Re: your 20 month old and this project, my guess is he might burn himself and that he might not be able to control himself well enough to draw on the hot cookie sheet safely.
    I don’t know the book you mention (Draw Right Now) but have seen Mona Brooks drawing book. I’m not sure. The copying exercises in Mona Brooks method don’t sit right with me, especially for preschoolers, but I don’t really know a lot about it.
    Camp Creek Press has some great posts/lessons on observational drawing, contour drawing, etc that are developmentally appropriate. Maybe start with those. And we could ask MaryAnn what she thinks.

  7. [email protected] says

    It’s funny that you did this today – I was just thinking about doing something similar…when I taught preschool we used a griddle and let the kids color very carefully with crayons on a piece of foil or wax paper. That obviously takes a lot of supervision, but the final product is beautiful!
    Keep the great ideas coming – I check daily to see what you are up to!

  8. BookishIma says

    Hi Jean, this is my first comment here, so first of all, I wanted to say how much I enjoy using the ideas here with my 2-year-old son. I’m so grateful to have this resource!
    I also wanted to ask if you could expand a bit about adult-child collaboration in making art (whenever you might have the chance). I love drawing and painting myself, so from the beginning I’ve made a point of showing my son that art is not just something that children do, but grownups too. I’m afraid that this has had a negative effect on his views of his own art, though. He seems so much more interested in watching me use the materials than experimenting on his own. (I also won’t draw on his art, but he’s still riveted by whatever I’m doing.)

  9. says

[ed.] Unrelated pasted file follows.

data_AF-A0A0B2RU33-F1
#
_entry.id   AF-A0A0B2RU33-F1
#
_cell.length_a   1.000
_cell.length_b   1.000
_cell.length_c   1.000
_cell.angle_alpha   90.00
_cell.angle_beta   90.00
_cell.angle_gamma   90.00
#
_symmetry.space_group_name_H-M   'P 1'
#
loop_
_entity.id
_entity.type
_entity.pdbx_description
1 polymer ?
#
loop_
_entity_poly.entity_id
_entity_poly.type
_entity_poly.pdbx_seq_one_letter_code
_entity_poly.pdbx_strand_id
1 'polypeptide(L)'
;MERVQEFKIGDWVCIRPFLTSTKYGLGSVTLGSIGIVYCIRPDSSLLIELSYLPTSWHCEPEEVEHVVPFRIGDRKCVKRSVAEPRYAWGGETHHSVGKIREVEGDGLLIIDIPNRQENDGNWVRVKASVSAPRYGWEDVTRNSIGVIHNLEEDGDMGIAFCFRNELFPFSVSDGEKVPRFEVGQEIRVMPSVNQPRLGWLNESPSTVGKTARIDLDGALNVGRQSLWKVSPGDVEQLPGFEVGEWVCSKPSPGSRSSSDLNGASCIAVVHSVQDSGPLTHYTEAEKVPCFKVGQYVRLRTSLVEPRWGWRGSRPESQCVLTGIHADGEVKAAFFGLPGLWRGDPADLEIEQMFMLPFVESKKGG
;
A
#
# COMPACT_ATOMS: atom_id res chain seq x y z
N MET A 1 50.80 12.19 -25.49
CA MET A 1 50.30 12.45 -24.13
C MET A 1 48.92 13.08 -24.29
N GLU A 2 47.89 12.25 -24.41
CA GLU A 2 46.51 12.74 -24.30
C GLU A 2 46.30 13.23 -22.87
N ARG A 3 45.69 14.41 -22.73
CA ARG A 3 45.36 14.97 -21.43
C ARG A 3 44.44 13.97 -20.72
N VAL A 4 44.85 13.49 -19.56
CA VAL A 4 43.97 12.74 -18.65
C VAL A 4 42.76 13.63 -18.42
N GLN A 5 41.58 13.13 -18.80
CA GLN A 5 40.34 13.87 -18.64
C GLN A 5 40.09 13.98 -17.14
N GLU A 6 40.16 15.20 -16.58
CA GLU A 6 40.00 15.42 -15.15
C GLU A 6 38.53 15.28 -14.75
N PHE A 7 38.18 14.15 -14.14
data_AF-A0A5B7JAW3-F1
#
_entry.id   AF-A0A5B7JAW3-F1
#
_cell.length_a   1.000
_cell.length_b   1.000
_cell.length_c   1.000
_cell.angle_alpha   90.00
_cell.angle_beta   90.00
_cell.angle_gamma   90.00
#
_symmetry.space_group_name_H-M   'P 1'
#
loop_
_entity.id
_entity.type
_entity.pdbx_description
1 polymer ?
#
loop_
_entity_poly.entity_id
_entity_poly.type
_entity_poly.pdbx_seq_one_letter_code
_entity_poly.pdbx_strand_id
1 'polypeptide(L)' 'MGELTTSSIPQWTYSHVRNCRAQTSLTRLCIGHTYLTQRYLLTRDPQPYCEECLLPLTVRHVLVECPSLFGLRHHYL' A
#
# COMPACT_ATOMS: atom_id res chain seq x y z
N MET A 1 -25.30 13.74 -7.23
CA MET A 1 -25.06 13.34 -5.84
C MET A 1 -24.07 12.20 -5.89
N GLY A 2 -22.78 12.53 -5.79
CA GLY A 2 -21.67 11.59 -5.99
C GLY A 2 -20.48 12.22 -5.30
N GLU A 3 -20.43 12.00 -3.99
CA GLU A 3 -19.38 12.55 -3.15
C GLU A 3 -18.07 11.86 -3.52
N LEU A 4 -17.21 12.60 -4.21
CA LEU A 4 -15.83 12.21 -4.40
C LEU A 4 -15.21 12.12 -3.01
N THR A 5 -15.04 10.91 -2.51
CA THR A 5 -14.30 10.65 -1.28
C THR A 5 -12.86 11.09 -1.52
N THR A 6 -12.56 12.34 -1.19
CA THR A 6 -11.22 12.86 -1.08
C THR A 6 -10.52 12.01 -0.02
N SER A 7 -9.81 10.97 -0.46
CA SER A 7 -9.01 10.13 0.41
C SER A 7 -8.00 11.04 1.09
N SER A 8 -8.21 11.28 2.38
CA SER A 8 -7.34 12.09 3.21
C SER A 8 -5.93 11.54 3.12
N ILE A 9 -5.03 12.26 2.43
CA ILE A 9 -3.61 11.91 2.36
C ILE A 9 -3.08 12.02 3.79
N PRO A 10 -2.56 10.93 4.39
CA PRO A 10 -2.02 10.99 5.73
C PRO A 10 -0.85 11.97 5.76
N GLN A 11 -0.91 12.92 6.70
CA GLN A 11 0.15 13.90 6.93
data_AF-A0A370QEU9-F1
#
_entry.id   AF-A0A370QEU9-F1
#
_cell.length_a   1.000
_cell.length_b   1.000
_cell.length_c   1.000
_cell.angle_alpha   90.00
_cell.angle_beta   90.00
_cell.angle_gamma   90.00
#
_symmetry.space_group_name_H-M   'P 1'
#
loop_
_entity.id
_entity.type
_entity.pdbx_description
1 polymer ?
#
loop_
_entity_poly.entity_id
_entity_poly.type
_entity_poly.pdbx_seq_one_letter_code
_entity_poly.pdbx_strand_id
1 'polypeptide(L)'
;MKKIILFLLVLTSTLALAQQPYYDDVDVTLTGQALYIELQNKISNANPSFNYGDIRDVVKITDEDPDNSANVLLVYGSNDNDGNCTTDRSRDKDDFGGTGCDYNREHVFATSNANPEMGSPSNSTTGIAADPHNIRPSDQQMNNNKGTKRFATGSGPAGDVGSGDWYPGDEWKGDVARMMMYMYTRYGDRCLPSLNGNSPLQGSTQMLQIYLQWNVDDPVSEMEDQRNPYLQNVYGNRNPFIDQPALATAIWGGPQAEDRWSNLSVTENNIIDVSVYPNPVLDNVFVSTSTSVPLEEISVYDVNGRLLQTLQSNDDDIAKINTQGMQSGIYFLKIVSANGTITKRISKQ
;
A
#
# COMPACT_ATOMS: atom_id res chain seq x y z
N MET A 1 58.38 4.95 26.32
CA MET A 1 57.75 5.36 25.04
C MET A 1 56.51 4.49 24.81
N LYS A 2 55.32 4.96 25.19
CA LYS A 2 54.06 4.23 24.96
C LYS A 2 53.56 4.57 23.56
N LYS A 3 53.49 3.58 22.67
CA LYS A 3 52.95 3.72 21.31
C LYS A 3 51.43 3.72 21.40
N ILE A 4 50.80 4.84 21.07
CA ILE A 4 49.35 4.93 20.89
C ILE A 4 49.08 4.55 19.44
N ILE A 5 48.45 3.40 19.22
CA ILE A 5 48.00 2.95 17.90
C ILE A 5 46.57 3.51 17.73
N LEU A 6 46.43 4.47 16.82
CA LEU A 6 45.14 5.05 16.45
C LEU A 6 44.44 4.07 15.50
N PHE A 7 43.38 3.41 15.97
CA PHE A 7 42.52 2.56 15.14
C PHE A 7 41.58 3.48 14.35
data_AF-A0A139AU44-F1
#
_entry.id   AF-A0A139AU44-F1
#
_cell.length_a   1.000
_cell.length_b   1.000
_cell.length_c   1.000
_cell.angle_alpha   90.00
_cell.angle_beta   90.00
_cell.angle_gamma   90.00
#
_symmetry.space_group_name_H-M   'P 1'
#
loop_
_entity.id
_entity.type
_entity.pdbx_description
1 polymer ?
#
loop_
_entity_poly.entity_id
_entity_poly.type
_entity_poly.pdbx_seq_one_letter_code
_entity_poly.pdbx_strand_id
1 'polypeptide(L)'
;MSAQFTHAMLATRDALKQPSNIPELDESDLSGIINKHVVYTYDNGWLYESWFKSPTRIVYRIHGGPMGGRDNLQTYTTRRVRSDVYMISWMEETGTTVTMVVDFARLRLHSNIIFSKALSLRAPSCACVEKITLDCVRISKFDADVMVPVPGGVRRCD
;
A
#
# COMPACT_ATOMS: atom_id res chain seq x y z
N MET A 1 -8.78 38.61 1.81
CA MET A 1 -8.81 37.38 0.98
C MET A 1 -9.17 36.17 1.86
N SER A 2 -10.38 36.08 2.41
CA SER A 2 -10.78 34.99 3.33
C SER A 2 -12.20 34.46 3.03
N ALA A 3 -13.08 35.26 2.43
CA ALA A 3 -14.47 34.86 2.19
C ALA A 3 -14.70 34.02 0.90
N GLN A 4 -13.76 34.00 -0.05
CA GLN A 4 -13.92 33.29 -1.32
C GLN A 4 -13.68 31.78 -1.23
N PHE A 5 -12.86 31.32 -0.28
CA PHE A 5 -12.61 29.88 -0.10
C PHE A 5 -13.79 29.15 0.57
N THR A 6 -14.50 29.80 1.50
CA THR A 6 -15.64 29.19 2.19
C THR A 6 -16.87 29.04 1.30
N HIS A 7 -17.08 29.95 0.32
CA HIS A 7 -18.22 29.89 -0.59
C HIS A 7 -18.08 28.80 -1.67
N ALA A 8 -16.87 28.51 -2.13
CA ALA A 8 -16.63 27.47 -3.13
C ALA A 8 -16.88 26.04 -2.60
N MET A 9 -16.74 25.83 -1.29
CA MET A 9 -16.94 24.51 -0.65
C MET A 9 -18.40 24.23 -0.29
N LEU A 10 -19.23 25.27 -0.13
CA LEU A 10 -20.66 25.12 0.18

I think that your cookie tray option works really well and I look forward to trying it. Another technique to get the stained glass effect without the heat, perhaps for younger children, is to paint over their crayoned picture with cooking oil. It makes the paper translucent and is beautiful against the light. However it is also a pain as the artwork is then all greasy and you have to be careful where you put it. So this cookie sheet method sounds much better – thanks for sharing it!
    Sarah Craftylocks

  10. says

    I’m not really sure of the best answer. We don’t often collaborate and, while Maia will sometimes ask me to draw something for her, I usually try to find a way to redirect her. Occasionally we will work on something together. For example, she’ll say she wants to draw with me at the easel and wants us to take turns drawing. Or the butterfly above. We sometimes draw side by side and usually she shows no sign of being influenced by what I am doing, but then other times she decides to draw what I’m drawing, sometimes even trying to copy it. I don’t want that! But at the same time, I don’t want to stop drawing side by side. Since its not happening all the time and she still shows lots of interest and initiative in creating her own unique art, I haven’t been that worried.
    I’m not sure what the solution is in your son’s case. Perhaps bring in another child to do art with your son. Have an art play date or even a toddler art group. So he sees art done by a peer and sees it done the way another two year old would do it (messy, fun, etc).
    And, in case this would help, here’s a post I did a couple years ago when I asked Susan Striker a similar (but not quite the same) question:
    Hope all this helps! If I think of any other ideas, I’ll let you know! And perhaps another reader will have an idea for you…

  11. our family nest says

    we do this alot but we do it opposite we melt the crayons in the oven and paint on our drawings with qtips. its tons of fun (and nope no one has ever gotten burned) i got the idea for the crayola bus tour years ago.

  12. says

    I love this idea, but I have a question we are trying to do it right now and the pan seems to cool really quick so then it doesnt work how long did you leave it in the oven? Thanks!!

  13. says

    Hi Jean, great to see you again at Craft Schooling Sunday! Hoping to try this project with my little artists soon, and hope to see you again this week! All the best, Sara

  14. Deb says

    Fabulous! Thanks for sharing. The black surround was a great idea. Also, the warmed cookie sheet! Art project for the day with my Lilli, DONE!